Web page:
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What CPAN modules are "good reads"?

by tlm (Prior)
on Jun 13, 2005 at 17:52 UTC ( #466234=perlquestion: print w/ replies, xml ) Need Help??
tlm has asked for the wisdom of the Perl Monks concerning the following question:

IMO, the Perl literature is relatively thin on matters of module/class design and organization. A typical response to this observation is to point to CPAN while saying the words "Use the Source, Luke!" Unfortunately, CPAN modules are often quite difficult to read. This may be because the module is badly written, or because it is doing some very cutting edge stuff that only the most advanced Perl programmers can follow. Or perhaps because it is too huge to be comprehensible by the uninitiated.

What CPAN modules stand out in your experience for their readability and "didactic value"?

the lowliest monk

Comment on What CPAN modules are "good reads"?
Re: What CPAN modules are "good reads"?
by ghenry (Vicar) on Jun 13, 2005 at 17:57 UTC

    I have learnt a lot from CGI.pm

    Walking the road to enlightenment... I found a penguin and a camel on the way.....
    Fancy a yourname@perl.me.uk? Just ask!!!
      Better unlearn it fast!

        Yes, it sounds as if I should.

        Walking the road to enlightenment... I found a penguin and a camel on the way.....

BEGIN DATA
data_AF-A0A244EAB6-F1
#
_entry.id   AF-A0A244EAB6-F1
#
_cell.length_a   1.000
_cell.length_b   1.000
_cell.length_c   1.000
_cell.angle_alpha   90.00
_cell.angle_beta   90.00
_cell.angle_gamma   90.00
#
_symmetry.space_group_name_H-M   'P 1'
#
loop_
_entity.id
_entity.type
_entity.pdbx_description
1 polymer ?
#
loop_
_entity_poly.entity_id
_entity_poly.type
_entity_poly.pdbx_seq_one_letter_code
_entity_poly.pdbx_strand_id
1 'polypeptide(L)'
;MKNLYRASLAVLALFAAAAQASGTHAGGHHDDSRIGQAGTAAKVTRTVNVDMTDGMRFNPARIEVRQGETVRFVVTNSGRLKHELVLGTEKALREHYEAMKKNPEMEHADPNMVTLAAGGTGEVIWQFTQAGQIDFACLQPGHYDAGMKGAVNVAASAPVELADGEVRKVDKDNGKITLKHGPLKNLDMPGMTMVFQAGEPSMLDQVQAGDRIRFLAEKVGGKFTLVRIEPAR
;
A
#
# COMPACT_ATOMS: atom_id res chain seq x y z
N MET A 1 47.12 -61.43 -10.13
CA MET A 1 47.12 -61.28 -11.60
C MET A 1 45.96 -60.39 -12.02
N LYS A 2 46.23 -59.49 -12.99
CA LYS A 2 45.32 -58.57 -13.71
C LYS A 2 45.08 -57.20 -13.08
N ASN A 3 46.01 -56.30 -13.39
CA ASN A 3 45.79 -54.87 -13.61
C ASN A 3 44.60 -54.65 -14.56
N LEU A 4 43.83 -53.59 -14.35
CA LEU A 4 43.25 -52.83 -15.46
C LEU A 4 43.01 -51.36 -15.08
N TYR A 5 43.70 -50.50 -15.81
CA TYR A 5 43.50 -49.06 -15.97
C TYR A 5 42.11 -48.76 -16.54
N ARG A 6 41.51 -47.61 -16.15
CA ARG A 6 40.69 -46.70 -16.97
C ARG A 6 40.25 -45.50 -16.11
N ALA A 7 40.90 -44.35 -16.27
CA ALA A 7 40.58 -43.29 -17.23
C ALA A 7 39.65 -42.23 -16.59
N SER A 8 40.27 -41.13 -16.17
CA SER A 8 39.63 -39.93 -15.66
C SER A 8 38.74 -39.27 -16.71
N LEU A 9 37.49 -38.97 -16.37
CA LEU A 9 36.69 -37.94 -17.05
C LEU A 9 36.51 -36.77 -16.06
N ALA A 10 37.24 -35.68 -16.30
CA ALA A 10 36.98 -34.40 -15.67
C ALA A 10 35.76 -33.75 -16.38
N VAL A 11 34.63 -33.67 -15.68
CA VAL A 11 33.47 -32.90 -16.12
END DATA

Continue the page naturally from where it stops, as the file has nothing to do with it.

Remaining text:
Fancy a yourname@perl.me.uk? Just ask!!!

        Err... why?

      As in, "What not to do?" {grin}

      Let's see:

      • The "lincoln loader" instead of SelfLoader: check
      • Custom importer instead of Exporter: check
      • Funky "is this a method or a subroutine" repeated everywhere: check
      • Funky "args preceded by dash and/or args inside a hashref": check
      • Odd mix of globals and/or use parameters and/or object instance vars to determine behavior: check
      Admittedly, some of this stuff was created before the core functionality was available. But there's some mighty scary code in there.

      In Lincoln's defense, this code is probably the second most frequently invoked module, after strict, and has had to deal with a lot of legacy issues.

      -- Randal L. Schwartz, Perl hacker
      Be sure to read my standard disclaimer if this is a reply.

Re: What CPAN modules are "good reads"?
by dbwiz (Curate) on Jun 13, 2005 at 18:18 UTC